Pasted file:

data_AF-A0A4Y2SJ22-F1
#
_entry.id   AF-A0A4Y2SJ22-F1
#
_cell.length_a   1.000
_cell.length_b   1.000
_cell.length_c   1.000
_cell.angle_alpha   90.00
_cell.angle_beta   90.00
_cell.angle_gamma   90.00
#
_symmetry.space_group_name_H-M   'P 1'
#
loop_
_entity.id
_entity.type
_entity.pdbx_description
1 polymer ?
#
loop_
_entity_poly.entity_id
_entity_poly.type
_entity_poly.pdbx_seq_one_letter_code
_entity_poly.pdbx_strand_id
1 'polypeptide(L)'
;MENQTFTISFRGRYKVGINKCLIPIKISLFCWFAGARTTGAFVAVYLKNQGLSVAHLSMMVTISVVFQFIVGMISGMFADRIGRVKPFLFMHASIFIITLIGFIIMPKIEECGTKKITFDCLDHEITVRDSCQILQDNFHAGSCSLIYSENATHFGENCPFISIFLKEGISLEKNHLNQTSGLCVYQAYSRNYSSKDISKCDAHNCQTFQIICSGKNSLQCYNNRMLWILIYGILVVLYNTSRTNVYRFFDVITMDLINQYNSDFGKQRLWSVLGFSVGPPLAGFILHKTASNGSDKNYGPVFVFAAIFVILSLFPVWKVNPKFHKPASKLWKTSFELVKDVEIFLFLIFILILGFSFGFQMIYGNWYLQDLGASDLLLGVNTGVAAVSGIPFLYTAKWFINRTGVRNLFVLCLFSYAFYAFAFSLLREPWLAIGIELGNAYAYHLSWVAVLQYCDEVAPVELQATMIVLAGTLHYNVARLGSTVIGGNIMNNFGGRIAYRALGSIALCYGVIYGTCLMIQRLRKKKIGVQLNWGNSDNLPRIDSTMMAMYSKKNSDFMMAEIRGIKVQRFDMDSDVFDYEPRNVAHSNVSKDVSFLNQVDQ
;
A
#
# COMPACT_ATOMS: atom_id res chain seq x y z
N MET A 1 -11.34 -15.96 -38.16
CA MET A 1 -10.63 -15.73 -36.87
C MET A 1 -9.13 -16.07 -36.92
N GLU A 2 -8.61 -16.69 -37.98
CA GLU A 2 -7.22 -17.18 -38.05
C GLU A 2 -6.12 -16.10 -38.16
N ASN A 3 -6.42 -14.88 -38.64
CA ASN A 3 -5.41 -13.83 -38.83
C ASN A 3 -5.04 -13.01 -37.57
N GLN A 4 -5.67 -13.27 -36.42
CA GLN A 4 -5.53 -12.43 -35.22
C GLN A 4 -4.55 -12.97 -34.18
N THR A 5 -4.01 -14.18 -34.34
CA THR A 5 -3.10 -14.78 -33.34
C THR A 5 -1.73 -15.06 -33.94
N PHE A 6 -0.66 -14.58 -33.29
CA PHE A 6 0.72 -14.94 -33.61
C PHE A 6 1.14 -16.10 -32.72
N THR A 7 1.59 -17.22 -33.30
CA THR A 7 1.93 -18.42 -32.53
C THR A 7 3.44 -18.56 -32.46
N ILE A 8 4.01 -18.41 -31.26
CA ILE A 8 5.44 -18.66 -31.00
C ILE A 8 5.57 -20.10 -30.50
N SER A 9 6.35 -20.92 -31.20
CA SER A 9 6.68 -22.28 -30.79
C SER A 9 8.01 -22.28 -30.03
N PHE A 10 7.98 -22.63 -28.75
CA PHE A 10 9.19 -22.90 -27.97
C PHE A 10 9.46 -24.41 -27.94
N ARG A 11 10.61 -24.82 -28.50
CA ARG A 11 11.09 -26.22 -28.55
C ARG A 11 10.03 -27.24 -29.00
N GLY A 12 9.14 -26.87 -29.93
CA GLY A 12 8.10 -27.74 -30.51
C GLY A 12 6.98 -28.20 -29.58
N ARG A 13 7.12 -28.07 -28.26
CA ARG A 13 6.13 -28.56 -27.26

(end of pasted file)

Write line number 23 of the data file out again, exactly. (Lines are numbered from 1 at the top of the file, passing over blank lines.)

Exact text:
_entity_poly.pdbx_seq_one_letter_code